What was the most surprising thing for you, Helena, coming to the States to work on this film?

HZ: Well, first of all, that I’d really find a snake! I didn’t think— I mean, I knew there were going to be snakes, but to actually find one myself… I didn’t think that would happen. And then also it is so great in New Mexico. I’d never been to New Mexico, and it was so great to have America mixed with Mexico, kind of, because even though we were in America, everything was very… spicy! But there was also all of the typical American stuff, like fast food. I always only saw cowboys in movies, so I thought, “well, they won’t really be like that,” and then after the first day with the cowboys, I was just like, “mom… they are real! They’re not just in movies!” It’s true, they’re real. They’re like, “howdy ma’am!” Which made me so excited. That was very funny, to see that.

PG: There was one time, I don’t know if you remember this Helena, but one time you were sitting on the wagon with Tom — who by the way was just fantastic with you, looked after you so beautifully and was so generous — but one time you were sitting on the wagon while we were setting a shot up, and your microphone was live and you were chatting away with Tom, and I heard you say in a whisper, “Tom… does everybody curse all the time on an American film sets?!” And that was with us all being careful around her, too!

Paul, you spoke earlier about wanting to work in a different way than in your previous films when you started this project. As an experienced director, who are you able to depend on for advice and feedback when you’re moving into newer territory?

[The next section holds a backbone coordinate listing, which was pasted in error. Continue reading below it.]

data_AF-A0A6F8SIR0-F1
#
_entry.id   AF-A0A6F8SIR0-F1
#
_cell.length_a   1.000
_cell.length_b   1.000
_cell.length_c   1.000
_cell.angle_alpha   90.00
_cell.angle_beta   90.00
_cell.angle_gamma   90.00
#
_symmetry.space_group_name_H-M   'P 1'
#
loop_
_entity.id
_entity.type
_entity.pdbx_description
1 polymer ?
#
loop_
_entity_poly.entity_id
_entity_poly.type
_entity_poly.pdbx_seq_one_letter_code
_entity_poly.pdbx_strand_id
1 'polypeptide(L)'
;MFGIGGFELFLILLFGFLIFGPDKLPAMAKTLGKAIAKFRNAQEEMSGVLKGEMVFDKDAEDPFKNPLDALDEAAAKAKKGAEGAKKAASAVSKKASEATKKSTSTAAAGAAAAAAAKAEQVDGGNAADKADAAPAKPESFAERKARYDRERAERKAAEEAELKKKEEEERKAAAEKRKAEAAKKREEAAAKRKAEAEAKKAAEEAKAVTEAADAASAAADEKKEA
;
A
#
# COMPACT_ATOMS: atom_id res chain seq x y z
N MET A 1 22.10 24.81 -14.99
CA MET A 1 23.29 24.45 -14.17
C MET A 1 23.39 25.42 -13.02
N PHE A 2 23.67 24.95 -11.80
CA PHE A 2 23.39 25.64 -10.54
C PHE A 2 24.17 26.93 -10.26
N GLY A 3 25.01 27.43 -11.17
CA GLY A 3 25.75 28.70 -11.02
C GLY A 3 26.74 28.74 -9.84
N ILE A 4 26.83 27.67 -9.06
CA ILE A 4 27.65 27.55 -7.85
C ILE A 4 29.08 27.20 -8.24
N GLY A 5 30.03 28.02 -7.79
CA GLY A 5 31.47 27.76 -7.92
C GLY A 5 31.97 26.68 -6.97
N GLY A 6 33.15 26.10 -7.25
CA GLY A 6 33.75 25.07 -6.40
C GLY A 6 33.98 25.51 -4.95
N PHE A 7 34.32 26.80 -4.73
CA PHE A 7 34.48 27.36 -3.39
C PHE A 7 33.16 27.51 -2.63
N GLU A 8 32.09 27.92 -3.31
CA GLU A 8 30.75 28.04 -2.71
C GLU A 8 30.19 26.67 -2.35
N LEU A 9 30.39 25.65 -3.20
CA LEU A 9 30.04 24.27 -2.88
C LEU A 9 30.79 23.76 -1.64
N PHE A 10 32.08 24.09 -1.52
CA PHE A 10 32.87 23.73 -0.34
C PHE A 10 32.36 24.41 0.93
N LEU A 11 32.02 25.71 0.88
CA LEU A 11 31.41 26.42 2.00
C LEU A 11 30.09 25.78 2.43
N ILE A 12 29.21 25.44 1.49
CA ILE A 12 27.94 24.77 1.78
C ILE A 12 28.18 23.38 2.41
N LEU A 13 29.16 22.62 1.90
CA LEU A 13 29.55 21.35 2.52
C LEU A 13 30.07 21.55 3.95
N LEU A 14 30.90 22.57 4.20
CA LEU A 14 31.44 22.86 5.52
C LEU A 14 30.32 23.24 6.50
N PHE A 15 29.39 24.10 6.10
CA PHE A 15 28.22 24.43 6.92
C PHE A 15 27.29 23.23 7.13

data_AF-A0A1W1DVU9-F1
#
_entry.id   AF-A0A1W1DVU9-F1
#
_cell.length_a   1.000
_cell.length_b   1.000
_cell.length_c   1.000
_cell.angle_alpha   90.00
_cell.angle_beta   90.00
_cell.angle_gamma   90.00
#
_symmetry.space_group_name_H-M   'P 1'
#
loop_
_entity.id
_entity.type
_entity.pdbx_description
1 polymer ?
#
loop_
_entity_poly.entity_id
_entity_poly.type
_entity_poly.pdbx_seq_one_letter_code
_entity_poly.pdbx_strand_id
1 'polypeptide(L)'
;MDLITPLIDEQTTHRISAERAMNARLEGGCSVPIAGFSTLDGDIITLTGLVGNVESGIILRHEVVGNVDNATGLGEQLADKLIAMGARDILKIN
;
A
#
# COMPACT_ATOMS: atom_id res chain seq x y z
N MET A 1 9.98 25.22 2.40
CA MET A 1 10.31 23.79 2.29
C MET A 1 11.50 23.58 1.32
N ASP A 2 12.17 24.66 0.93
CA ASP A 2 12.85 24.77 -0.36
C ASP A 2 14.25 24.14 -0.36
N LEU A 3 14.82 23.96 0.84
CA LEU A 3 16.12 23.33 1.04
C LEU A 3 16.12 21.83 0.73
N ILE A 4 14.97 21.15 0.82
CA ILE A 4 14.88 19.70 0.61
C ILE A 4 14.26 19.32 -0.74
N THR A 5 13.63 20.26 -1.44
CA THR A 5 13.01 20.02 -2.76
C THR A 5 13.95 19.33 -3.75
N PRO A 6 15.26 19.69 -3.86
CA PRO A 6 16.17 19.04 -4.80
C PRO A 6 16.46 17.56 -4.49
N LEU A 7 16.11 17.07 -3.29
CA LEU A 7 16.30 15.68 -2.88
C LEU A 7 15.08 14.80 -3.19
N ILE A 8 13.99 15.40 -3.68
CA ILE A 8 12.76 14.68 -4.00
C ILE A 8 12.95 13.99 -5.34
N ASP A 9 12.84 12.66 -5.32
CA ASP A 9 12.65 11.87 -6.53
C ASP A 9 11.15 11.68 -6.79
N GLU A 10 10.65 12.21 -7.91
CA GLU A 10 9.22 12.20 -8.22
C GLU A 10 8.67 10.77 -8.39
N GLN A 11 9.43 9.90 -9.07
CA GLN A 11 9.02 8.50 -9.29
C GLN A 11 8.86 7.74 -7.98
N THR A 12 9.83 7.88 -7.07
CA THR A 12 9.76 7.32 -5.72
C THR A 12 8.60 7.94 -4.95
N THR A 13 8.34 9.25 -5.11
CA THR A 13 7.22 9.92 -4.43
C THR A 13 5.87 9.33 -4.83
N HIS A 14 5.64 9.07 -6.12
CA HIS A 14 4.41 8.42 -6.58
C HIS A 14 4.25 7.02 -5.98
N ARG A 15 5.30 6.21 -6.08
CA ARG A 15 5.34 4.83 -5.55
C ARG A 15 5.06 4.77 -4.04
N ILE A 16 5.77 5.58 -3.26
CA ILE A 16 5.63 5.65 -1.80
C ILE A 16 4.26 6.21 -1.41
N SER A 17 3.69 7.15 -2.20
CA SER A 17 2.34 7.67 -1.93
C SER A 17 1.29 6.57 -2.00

PG: Well, I think the answer is, I think filmmaking is a little bit like making music, you know? And when you work with new musicians, your music changes by its nature, because you’re working with different musicians who do different things that aren’t so predictable. So the honest answer is that it’s less about who you rely on, and more about who you choose to collaborate with, who come to you in a new way, you know? And that’s really, I think, the key to longevity in this business. You have to try to stretch yourself, you have to say, “well, I’m going to do a different sort of film where I’m out of my comfort zone,” so that’s the first thing you have to do. And then, maybe you have to make those choices to work with new people. Which takes you, again, out of your comfort zone. Because inevitably, you get that wonderful camaraderie you find with people that you’ve made with movies with over a long period of time. But with that, maybe you get to be a bit safe in your choices, because you rely on them so much. And, you know, the first movie I ever made in Hollywood The Bourne Supremacy, I remember deciding before I went that I was going to come on my own. I wasn’t going to bring anybody I’d made Bloody Sunday with, or those earlier films, because I knew it was going to be good for me, personally, to be out of my comfort zone with people who would… who would judge you. That’s the truth of it. You’ve got to be in a place where you are taken out of yourself and challenged. And that’s what Dariusz [Wolski] did for me, and other people too. And it’s wonderful– it makes you feel alive.